By Kirk Kern, MCIN Staff

Jaime Holland has been unemployed for about a year and a half after losing her dispatcher job at the base. And for the past five weeks, she hasn’t gotten a check for unemployment insurance as well.

“Right now, it’s been my only source of income,” said Holland, a Hawthorne resident and mother of four. “I have no idea when I’ll get a check.”

Holland is in the same boat as a number of Hawthorne residents along with almost 21,000 people around the state who have either lost unemployment insurance benefits or soon will.

U.S. Congressman Stephen Horsford, who’s district includes Mineral County along with several other rural Nevada counties, has co-sponsored legislation to extend these benefits for the more than 1.6 million Americans who have been cut off from benefits for three more months.

“As of today, 20,969 Nevadans have lost their unemployment insurance and that number will continue to grow unless Congress acts,” Horsford said on Jan. 24. “So many members of Congress have no idea what it is like to struggle to find a job. They have no idea what it feels like to send out resume after resume an never hear back.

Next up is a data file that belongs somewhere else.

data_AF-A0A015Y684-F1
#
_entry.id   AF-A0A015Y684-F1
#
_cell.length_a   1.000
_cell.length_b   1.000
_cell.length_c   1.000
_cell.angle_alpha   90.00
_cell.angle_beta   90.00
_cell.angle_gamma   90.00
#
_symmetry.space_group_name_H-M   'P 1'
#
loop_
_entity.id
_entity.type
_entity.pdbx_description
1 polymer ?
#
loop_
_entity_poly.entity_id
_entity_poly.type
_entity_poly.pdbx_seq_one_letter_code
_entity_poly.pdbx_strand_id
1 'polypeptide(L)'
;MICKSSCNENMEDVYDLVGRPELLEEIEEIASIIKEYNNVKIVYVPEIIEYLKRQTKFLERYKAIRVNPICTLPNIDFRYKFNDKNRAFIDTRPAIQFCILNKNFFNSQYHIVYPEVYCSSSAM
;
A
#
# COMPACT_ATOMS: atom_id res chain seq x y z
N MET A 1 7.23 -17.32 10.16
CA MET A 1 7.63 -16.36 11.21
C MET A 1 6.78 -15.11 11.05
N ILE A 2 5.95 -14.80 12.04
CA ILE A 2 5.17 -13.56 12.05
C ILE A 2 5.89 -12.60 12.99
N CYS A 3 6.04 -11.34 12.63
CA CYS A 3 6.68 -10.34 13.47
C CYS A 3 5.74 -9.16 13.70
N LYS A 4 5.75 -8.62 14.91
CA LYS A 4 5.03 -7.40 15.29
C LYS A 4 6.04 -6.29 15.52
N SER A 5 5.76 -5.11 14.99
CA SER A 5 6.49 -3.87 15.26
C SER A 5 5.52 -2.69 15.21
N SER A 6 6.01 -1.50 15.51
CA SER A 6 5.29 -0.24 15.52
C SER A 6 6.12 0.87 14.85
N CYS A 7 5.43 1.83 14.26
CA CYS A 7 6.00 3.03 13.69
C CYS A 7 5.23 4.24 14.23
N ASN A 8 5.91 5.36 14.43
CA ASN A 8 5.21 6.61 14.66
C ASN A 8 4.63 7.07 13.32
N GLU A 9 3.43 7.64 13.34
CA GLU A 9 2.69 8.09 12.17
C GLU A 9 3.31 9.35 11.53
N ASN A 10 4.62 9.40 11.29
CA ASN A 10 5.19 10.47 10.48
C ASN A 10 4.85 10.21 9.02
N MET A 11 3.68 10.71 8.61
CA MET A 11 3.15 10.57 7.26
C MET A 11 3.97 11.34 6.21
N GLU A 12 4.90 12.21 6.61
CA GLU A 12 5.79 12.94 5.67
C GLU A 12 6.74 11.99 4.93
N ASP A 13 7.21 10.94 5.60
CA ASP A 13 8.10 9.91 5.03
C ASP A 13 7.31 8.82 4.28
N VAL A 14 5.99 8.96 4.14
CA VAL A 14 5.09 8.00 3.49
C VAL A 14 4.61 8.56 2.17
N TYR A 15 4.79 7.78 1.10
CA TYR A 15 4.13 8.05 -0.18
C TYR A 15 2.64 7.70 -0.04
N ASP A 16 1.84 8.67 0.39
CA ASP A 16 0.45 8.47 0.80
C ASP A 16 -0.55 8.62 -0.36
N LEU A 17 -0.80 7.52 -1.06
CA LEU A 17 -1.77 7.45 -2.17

“The number of Nevadans hurt by the expiration of benefits will continue to climb until we get this done. The unemployed in Nevada have enough stress in their lives. Congress shouldn’t be adding to it.”

The unemployment rate in Mineral County currently sits at 7.4 percent, said Shelley Hartmann, director of the Mineral County Economic Development Authority. But that number only includes those who are currently receiving unemployment insurance benefits, so with many dropping off the roll, the percentage has artificially dropped.

“That did impact a lot of people,” Hartmann said. “It has caused a lot of stress in the community.”

Holland, 28, said she’s been trying to get a job for the past year and a half, filling out applications through Nevada JobConnect, but so far hasn’t had any luck.

“I haven’t gotten calls back on any job,” she said. “With four kids, it would be hard to afford rent and daycare on a minimum wage job.”

Holland has lived most of her life in Hawthorne and doesn’t plan on moving, primarily because of child custody issues. She said she would eventually like to go to culinary school and open a bakery-café with her husband.

Hartmann said there are programs available to provide training for those wishing to start their own businesses.

“There are a lot of opportunities for people to create their own jobs,” Hartmann said. “